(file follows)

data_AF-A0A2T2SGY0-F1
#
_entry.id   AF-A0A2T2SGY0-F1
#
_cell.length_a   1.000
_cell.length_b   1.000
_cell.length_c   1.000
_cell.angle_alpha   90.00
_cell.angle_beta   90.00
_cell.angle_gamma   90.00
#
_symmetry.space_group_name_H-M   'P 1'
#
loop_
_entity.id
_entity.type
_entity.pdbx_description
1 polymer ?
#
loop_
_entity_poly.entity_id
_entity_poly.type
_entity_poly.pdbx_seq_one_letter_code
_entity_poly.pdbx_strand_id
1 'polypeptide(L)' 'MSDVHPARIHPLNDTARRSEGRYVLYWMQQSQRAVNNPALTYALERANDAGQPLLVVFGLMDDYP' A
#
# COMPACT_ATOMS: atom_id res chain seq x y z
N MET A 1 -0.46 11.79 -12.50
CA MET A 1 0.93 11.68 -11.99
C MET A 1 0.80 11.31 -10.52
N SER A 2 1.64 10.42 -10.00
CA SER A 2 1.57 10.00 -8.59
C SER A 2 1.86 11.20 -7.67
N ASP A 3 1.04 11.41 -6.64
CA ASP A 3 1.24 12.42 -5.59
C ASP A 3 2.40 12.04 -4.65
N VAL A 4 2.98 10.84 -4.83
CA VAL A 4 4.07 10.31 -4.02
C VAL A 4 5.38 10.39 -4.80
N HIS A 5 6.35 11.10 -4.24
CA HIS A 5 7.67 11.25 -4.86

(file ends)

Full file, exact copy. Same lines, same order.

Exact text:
data_AF-A0A2T2SGY0-F1
#
_entry.id   AF-A0A2T2SGY0-F1
#
_cell.length_a   1.000
_cell.length_b   1.000
_cell.length_c   1.000
_cell.angle_alpha   90.00
_cell.angle_beta   90.00
_cell.angle_gamma   90.00
#
_symmetry.space_group_name_H-M   'P 1'
#
loop_
_entity.id
_entity.type
_entity.pdbx_description
1 polymer ?
#
loop_
_entity_poly.entity_id
_entity_poly.type
_entity_poly.pdbx_seq_one_letter_code
_entity_poly.pdbx_strand_id
1 'polypeptide(L)' 'MSDVHPARIHPLNDTARRSEGRYVLYWMQQSQRAVNNPALTYALERANDAGQPLLVVFGLMDDYP' A
#
# COMPACT_ATOMS: atom_id res chain seq x y z
N MET A 1 -0.46 11.79 -12.50
CA MET A 1 0.93 11.68 -11.99
C MET A 1 0.80 11.31 -10.52
N SER A 2 1.64 10.42 -10.00
CA SER A 2 1.57 10.00 -8.59
C SER A 2 1.86 11.20 -7.67
N ASP A 3 1.04 11.41 -6.64
CA ASP A 3 1.24 12.42 -5.59
C ASP A 3 2.40 12.04 -4.65
N VAL A 4 2.98 10.84 -4.83
CA VAL A 4 4.07 10.31 -4.02
C VAL A 4 5.38 10.39 -4.80
N HIS A 5 6.35 11.10 -4.24
CA HIS A 5 7.67 11.25 -4.86